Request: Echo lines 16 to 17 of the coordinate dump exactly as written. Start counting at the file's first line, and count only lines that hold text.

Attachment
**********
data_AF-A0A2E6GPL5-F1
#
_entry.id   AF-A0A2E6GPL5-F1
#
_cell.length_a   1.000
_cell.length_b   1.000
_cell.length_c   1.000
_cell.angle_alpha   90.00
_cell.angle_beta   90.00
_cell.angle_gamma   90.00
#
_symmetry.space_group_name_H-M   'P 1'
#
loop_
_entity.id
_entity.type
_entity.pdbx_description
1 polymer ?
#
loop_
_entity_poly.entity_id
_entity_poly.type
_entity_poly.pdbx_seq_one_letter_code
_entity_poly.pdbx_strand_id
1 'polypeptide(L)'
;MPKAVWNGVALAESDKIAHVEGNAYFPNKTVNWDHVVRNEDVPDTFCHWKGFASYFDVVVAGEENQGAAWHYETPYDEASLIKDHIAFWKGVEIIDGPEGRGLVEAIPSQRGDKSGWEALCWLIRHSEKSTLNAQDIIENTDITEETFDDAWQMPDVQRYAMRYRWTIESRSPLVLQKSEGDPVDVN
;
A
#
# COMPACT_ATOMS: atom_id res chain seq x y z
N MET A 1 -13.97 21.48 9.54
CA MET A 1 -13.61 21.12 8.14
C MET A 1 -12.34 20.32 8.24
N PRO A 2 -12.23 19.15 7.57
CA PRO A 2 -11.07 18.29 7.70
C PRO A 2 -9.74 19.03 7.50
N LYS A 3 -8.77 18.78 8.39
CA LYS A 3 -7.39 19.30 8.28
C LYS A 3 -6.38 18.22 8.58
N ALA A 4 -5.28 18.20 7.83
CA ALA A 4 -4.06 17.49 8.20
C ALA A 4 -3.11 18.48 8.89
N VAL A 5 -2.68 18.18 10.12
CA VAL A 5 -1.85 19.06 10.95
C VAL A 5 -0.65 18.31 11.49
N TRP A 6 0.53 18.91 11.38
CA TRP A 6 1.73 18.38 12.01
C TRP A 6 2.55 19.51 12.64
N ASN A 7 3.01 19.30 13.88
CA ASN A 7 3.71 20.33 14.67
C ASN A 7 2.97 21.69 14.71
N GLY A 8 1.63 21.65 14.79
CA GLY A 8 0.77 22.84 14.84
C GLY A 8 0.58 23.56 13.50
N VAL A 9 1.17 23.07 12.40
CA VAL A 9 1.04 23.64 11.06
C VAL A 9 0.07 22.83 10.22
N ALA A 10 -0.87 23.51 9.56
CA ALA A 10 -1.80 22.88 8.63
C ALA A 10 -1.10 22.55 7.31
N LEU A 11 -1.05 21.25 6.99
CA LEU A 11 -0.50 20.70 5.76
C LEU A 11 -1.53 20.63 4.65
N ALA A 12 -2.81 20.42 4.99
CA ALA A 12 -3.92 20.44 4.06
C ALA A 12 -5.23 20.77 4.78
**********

_entity.type
_entity.pdbx_description